They should realize that their hitherto intransigent stance towards a negotiated settlement merely prolongs the horrific bleeding of Afghan people, who have known nothing but warfare and destruction since the 1970s. A political compromise with the Taliban can comprise of a sharing of power at the centre, with virtual autonomy in provinces which the Taliban dominate.

As for US-Pakistan relations, the point in contention is Washington’s claim that the Haqqani network continues to operate from Pakistani sanctuaries. Pakistan denies it. This does not look like an irresolvable issue that cannot be tackled by patient diplomacy.

In case the US/Afghan claim is based on solid evidence, the US should share it with Pakistan, which should offer every possible assistance to eradicate such sanctuaries. In case the US is unable to produce any such concrete evidence, Pakistan should persuade Washington not to persist with such accusations. Towards this end, strong lobbying would be needed by Pakistani diplomacy with the Congress, different power centres in USA and the world media. Transparency on our part on the issue of sanctuaries will be more advantageous than our frequent official self-righteous assertions.

Another point that our chest-thumping super patriots need to understand is that Pakistan is at present beset with myriad problems. Internal political stability persists and economic indicators are alarming. Foreign exchange reserves are low, balance of payments is adverse, debts are mounting and international credit ratings are going down.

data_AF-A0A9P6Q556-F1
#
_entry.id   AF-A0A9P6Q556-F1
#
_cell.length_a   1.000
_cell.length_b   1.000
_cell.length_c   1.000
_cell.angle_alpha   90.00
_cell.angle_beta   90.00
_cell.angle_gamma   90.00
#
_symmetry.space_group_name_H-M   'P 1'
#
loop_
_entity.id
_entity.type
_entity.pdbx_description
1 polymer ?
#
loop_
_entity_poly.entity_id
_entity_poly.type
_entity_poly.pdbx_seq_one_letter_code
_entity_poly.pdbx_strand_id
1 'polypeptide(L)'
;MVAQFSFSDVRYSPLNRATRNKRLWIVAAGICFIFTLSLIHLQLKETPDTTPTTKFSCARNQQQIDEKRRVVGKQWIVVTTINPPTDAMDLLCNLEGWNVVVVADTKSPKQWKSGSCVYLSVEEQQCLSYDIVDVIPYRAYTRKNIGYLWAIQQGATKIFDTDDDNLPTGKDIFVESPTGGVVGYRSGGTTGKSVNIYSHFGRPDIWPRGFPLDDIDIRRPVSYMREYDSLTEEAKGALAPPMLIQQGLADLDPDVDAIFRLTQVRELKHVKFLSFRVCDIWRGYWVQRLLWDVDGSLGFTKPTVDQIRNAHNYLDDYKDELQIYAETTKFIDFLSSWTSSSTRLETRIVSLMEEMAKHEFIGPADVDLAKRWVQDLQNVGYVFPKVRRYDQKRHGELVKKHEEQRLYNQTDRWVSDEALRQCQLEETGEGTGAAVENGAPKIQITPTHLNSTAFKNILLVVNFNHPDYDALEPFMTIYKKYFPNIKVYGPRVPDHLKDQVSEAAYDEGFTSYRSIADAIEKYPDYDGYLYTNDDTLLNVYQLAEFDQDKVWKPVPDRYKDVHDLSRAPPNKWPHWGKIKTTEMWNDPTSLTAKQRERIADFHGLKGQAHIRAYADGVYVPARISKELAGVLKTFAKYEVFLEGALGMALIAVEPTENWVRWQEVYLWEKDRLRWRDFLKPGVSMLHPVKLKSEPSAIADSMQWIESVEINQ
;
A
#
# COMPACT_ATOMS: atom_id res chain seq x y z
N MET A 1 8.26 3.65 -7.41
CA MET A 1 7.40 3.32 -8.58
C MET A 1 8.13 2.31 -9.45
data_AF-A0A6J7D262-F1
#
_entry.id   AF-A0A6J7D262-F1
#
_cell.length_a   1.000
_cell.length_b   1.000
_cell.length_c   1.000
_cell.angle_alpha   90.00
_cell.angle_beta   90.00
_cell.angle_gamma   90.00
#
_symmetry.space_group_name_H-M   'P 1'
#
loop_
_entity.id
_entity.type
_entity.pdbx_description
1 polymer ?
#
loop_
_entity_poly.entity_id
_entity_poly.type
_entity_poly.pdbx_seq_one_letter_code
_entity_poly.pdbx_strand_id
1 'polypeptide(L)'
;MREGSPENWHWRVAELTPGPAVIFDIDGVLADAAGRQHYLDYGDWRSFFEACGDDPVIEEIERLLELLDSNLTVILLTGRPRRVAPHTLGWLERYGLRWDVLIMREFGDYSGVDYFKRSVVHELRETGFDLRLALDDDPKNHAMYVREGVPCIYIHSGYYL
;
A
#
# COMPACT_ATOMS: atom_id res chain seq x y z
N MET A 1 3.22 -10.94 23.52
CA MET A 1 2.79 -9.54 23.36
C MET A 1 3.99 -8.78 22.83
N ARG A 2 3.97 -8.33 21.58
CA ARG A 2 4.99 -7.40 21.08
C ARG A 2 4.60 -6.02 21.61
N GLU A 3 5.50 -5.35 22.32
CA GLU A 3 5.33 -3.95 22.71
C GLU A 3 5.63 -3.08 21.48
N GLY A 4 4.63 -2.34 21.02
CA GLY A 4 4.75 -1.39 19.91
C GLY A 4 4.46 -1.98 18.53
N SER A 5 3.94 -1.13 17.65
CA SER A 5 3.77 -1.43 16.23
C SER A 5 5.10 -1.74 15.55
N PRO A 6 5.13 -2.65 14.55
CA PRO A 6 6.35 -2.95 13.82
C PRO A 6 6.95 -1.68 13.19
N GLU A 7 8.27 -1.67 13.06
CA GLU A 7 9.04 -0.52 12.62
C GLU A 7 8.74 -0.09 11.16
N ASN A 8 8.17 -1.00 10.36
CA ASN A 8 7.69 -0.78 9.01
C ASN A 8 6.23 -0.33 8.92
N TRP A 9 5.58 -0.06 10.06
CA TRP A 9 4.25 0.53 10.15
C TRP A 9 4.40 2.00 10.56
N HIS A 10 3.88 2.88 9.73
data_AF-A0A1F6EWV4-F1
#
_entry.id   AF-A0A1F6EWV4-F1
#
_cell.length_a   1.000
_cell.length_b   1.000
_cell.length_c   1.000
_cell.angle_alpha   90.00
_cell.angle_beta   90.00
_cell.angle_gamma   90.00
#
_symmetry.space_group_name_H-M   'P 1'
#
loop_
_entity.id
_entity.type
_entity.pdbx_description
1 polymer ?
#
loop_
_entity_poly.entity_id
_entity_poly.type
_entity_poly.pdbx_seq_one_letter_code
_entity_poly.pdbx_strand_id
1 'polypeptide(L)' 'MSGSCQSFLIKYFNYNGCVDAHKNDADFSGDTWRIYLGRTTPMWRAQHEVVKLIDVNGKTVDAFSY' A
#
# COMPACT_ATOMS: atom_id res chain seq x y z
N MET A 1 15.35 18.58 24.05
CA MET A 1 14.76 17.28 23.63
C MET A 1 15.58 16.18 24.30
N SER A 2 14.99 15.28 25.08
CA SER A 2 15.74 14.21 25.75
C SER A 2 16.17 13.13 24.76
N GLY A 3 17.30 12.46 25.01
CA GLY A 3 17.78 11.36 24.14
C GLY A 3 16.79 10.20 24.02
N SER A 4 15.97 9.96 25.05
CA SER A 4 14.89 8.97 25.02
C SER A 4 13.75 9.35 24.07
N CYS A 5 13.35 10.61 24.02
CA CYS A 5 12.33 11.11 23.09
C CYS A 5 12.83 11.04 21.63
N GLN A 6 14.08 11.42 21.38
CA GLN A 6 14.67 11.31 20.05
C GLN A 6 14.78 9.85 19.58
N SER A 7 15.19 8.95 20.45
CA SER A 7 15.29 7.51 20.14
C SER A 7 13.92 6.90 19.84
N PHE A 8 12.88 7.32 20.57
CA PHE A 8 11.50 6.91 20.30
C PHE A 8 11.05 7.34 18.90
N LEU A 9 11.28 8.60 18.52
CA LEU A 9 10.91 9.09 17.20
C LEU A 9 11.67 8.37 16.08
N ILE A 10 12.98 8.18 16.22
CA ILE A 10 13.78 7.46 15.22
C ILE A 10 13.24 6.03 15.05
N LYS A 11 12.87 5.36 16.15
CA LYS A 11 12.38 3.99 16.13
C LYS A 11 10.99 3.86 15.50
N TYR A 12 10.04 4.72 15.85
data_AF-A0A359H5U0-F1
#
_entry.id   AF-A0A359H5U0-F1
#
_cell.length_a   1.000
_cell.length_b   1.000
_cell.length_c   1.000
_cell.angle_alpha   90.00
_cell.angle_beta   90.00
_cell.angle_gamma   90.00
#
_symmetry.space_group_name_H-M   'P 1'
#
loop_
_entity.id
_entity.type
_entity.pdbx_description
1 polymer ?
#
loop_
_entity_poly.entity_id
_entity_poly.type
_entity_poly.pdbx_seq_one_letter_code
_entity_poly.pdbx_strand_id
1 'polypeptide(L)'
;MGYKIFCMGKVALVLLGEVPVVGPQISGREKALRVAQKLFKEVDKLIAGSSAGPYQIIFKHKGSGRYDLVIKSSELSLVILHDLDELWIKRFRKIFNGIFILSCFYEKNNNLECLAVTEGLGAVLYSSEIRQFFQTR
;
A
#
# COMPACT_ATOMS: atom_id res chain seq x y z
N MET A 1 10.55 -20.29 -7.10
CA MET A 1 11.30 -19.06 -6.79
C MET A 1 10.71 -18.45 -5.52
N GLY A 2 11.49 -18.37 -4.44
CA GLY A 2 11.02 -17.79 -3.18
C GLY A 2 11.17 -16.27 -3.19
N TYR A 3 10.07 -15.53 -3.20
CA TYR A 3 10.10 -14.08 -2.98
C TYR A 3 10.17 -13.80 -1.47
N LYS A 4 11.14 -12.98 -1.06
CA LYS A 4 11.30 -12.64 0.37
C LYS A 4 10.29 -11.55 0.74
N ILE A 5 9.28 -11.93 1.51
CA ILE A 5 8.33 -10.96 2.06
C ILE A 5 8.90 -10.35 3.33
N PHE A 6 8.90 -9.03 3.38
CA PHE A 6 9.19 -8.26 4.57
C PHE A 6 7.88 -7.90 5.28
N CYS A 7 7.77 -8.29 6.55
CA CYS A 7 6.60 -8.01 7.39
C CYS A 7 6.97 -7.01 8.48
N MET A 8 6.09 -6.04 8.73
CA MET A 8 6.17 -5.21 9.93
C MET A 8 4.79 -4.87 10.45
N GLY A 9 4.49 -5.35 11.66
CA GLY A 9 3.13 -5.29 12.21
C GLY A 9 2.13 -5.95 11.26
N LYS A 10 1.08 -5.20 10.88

In foreign policy, we are becoming friendless. We have a tough neighbourhood: India is bellicose, Afghanistan is hostile, Iran is less than friendly and Central Asian countries are unenthusiastic. Even a traditional ally like UAE is showing pro-India leanings.

This is hardly the time to have a confrontational relationship with USA, the sole super power, with which we had a history of close political, economic and military ties. Balancing of relations is all very good but, at present, Russia simply cannot be a substitute for USA. Russia continues to have strong ties with India and is not an aid-giving country.

Commonsense suggests that improvement of relations with USA is in our national interest, not only for bilateral reasons but also due to its influence in world financial institutions like IMF and in FATF, which might put us in the Grey List of those involved in money laundering for terrorists. Diplomacy is the method through which states pursue their national interests in international arena.

It consists of formal and informal discussions aimed at resolving matters of common concern. Professional diplomats are trained for the job and have years of experience in dealing with other countries. They are in the best position to conduct diplomacy, which is a specialized profession like medicine and engineering.

Pakistan needs sophisticated and patient diplomacy at this time but Prime Minister Abbasi has shown poor judgment by naming a novice like Ali Jahangir Siddiqui as new Pakistan Ambassador to US.

By: Shahid M Amin— The writer served as Pakistan’s Ambassador to Saudi Arabia, Soviet Union, France, Nigeria and Libya.